Ethiopia Story
Ethiopia Holy Land

Addis Ababa
Bahir Dar
Rift Valley
South Ethiopia

David J. Saunders

Africa Overview

Morocco as a
Tourism Investment

Ecotourism a Stimulus

Nepad Challenge

Investing in Africa


African American
Tourism Market

Bunce Island


US President
African Visit


May 2006

by David J. Saunders

Ethiopia is truly a land of great discovery, a land of diverse geographical beauty and rich cultural history. The name Ethiopia is the most widely referenced African nation mentioned in the Bible and in fact ancient historians and cartographers referred to what little was known about Africa by the name of Ethiopia, which is of Greek origin and literally translated means "the land of the brown-skinned people". Religion has always been a major influence in Ethiopia, which was the first place in Africa to make Christianity a state religion. Ethiopia, one of a few countries in the world that can claim continued existence and history of over a millennium, is mentioned thirty-three times in the Bible and many times in the Qu'ran and perhaps this is the reason why so many visitors are drawn to Ethiopia by the colorful stories and fantastic tales to the land once known as Abyssinia.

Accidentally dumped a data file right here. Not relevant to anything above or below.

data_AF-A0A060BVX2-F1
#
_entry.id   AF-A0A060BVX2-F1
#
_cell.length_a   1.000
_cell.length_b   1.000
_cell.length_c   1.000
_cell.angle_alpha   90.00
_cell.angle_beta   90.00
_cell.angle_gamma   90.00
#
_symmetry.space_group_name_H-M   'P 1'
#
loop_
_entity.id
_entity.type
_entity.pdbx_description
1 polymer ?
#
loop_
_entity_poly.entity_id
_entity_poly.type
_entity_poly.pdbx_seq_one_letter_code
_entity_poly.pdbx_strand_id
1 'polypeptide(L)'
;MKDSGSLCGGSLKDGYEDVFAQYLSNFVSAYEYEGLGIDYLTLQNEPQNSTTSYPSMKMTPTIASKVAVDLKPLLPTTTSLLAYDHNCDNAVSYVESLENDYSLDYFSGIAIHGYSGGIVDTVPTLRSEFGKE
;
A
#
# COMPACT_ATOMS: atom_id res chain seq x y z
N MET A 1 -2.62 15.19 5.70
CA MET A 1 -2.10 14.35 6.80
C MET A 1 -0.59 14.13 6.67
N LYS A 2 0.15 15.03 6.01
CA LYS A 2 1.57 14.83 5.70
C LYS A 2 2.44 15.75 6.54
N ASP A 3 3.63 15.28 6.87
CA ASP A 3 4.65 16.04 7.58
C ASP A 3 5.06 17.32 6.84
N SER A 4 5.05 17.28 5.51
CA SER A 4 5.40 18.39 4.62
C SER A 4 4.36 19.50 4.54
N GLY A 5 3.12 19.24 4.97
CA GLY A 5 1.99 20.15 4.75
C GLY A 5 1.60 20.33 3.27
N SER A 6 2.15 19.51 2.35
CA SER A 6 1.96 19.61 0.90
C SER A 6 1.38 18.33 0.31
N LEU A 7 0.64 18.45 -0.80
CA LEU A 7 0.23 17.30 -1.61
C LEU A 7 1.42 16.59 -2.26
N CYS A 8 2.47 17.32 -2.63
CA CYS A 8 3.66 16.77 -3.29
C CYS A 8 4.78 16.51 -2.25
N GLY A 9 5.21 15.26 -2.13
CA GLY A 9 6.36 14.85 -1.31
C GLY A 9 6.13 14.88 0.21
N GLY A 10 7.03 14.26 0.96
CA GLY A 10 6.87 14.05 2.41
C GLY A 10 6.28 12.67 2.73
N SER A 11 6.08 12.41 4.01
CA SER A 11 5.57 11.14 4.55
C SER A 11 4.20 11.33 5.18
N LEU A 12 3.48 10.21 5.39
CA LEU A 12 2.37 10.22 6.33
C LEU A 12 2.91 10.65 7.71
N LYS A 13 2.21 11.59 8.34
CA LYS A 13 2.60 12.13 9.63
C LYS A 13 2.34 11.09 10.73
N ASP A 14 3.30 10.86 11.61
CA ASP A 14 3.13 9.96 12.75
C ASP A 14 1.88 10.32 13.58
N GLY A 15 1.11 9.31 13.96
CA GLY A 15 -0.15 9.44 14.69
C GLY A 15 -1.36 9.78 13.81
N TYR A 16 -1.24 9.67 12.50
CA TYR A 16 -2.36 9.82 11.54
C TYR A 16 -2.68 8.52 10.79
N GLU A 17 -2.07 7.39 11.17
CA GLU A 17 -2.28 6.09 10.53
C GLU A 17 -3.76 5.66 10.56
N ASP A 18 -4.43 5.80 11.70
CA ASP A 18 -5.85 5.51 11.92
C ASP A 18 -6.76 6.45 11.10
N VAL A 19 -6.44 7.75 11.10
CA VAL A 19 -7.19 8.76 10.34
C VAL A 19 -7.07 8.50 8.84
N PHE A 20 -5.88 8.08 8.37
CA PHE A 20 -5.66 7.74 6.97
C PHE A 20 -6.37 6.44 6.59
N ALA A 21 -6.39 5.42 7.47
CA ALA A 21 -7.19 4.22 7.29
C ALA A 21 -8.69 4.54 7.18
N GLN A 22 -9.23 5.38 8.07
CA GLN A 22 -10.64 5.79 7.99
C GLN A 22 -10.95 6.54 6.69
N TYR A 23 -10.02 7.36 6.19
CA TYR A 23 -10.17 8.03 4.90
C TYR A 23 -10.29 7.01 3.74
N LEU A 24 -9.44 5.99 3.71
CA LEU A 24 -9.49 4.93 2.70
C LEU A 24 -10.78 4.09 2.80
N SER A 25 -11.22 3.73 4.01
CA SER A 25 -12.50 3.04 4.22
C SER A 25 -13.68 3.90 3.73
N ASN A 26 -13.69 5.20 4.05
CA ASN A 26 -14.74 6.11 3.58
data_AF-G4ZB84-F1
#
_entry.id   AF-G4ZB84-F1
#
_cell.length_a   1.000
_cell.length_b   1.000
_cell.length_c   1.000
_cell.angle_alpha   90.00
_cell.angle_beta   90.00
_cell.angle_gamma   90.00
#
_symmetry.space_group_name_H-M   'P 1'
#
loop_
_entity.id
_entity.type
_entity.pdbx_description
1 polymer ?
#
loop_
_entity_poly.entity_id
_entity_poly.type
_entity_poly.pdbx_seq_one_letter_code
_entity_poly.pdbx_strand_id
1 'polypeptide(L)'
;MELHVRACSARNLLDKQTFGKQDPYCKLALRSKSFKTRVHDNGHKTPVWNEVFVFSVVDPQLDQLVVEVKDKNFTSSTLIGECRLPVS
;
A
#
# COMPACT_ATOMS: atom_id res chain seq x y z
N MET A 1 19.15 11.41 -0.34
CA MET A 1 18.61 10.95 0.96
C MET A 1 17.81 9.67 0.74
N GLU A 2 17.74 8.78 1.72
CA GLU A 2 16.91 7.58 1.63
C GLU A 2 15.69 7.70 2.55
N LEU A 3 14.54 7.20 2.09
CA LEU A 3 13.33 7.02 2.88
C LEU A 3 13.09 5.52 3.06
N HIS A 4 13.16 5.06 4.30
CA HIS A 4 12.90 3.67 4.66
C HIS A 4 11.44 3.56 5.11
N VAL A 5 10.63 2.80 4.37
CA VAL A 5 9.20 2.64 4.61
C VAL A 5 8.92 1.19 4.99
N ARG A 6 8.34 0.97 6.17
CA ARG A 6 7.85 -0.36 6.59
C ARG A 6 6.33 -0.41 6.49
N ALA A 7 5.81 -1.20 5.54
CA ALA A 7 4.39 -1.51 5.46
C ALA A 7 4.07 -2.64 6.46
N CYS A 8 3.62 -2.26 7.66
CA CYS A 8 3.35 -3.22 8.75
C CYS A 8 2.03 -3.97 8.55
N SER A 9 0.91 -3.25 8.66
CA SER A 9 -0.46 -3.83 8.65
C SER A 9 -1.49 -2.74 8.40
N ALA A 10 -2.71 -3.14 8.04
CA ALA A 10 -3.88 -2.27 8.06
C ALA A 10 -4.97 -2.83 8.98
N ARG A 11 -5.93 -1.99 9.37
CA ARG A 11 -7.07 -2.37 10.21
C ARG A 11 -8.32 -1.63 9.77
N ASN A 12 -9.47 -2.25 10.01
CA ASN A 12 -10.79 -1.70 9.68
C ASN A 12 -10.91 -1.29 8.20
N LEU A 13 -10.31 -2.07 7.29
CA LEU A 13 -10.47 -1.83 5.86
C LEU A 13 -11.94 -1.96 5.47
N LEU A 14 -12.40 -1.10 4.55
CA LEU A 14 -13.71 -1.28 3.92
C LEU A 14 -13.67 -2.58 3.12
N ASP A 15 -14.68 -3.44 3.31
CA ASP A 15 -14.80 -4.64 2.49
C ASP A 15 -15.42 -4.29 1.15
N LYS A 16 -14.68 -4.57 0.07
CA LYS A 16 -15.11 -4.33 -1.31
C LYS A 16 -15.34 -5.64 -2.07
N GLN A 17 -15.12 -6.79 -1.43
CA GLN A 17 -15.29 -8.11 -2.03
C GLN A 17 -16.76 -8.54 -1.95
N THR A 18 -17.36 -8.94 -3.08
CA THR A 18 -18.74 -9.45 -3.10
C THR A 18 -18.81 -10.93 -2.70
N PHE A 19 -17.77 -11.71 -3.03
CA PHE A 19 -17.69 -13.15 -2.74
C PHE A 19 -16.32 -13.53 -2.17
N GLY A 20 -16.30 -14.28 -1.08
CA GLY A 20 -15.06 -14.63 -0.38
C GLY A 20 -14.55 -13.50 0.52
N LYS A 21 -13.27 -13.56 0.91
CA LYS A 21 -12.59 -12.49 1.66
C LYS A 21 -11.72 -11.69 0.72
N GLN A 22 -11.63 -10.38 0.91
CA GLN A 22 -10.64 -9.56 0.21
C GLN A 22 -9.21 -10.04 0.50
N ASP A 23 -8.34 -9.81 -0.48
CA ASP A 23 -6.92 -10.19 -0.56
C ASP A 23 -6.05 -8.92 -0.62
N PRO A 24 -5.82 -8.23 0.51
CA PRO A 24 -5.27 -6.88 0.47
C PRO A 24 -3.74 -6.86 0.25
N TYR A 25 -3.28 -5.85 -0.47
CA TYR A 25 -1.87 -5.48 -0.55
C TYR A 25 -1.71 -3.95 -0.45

Other contributing factors to the religious mystique of Ethiopia being referred to as the "Holy Land" of Africa are that by the early 4th century Ethiopia was converted to Christianity and, by the 14th to 15th centuries when its territories were surrounded by Muslim regions, tales were told in Europe about the mysterious Christian Kingdom of "Prester John". In addition, the royal lineage of the Ethiopian Emperors and Empresses was said to have began through the union of King Solomon (ancient Israel) and the Queen of Sheba (ancient Ethiopia). In modern times, perhaps the most famous of these royal rulers of Ethiopia was Haile Selassie, whose given name was Tafari Makonnen until he was crowned a prince (ras) and later emperor of Ethiopia as the 111th successor of King Solomon. He took the name Haile Selassie which literally translates to mean "Might of the Trinity" and was perceived by many as the symbol of black pride and the true king of Africa as well as fondly referred to as the "Lion of Judah".

Ethiopia, also referred to as the "Holy Land" of Africa, is now being recognized by many African-American churches because of the remarkable manner in which ancient historical traditions have been preserved along with the discovery that Ethiopia has a rich legacy of religious art, found in churches and monasteries throughout the country. Indeed, the traditional religious ceremonies and rituals of the Ethiopian Orthodox Church open a fantastic window on the authentic world of the Old Testament. In no other country is it possible to find oneself so dramatically transported back in time or to participate with such spiritual freedom in the sacred rituals of an archaic faith.